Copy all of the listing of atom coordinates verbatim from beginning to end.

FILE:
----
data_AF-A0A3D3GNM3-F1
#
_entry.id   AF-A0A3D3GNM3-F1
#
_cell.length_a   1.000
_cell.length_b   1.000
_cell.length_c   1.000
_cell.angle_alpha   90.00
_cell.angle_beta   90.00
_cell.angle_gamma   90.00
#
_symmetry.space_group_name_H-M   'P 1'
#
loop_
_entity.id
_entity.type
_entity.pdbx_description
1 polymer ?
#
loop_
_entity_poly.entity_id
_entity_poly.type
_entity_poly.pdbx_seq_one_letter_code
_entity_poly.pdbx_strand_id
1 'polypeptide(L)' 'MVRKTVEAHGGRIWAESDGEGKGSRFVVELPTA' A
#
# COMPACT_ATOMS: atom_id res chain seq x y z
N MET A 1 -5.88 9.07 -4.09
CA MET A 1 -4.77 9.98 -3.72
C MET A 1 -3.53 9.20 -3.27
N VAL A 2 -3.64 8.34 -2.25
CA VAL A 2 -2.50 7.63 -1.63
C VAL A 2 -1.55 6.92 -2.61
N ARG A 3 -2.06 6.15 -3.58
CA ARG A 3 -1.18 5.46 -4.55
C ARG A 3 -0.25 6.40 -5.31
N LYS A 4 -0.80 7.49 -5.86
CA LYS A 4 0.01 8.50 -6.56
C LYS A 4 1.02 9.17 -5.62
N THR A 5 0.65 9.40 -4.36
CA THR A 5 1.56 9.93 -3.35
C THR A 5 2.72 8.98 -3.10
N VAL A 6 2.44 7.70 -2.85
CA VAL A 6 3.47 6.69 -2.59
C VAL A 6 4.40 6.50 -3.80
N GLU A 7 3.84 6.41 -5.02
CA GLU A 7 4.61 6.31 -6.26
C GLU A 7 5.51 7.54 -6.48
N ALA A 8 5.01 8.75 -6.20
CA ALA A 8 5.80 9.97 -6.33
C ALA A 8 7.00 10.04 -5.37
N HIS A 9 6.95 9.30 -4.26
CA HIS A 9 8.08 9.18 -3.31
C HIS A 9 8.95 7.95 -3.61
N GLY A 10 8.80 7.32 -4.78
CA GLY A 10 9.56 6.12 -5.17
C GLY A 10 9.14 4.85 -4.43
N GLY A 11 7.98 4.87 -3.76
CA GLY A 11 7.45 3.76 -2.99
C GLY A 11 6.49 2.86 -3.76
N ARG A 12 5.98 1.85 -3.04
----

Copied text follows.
data_AF-A0A3D3GNM3-F1
#
_entry.id   AF-A0A3D3GNM3-F1
#
_cell.length_a   1.000
_cell.length_b   1.000
_cell.length_c   1.000
_cell.angle_alpha   90.00
_cell.angle_beta   90.00
_cell.angle_gamma   90.00
#
_symmetry.space_group_name_H-M   'P 1'
#
loop_
_entity.id
_entity.type
_entity.pdbx_description
1 polymer ?
#
loop_
_entity_poly.entity_id
_entity_poly.type
_entity_poly.pdbx_seq_one_letter_code
_entity_poly.pdbx_strand_id
1 'polypeptide(L)' 'MVRKTVEAHGGRIWAESDGEGKGSRFVVELPTA' A
#
# COMPACT_ATOMS: atom_id res chain seq x y z
N MET A 1 -5.88 9.07 -4.09
CA MET A 1 -4.77 9.98 -3.72
C MET A 1 -3.53 9.20 -3.27
N VAL A 2 -3.64 8.34 -2.25
CA VAL A 2 -2.50 7.63 -1.63
C VAL A 2 -1.55 6.92 -2.61
N ARG A 3 -2.06 6.15 -3.58
CA ARG A 3 -1.18 5.46 -4.55
C ARG A 3 -0.25 6.40 -5.31
N LYS A 4 -0.80 7.49 -5.86
CA LYS A 4 0.01 8.50 -6.56
C LYS A 4 1.02 9.17 -5.62
N THR A 5 0.65 9.40 -4.36
CA THR A 5 1.56 9.93 -3.35
C THR A 5 2.72 8.98 -3.10
N VAL A 6 2.44 7.70 -2.85
CA VAL A 6 3.47 6.69 -2.59
C VAL A 6 4.40 6.50 -3.80
N GLU A 7 3.84 6.41 -5.02
CA GLU A 7 4.61 6.31 -6.26
C GLU A 7 5.51 7.54 -6.48
N ALA A 8 5.01 8.75 -6.20
CA ALA A 8 5.80 9.97 -6.33
C ALA A 8 7.00 10.04 -5.37
N HIS A 9 6.95 9.30 -4.26
CA HIS A 9 8.08 9.18 -3.31
C HIS A 9 8.95 7.95 -3.61
N GLY A 10 8.80 7.32 -4.78
CA GLY A 10 9.56 6.12 -5.17
C GLY A 10 9.14 4.85 -4.43
N GLY A 11 7.98 4.87 -3.76
CA GLY A 11 7.45 3.76 -2.99
C GLY A 11 6.49 2.86 -3.76
N ARG A 12 5.98 1.85 -3.04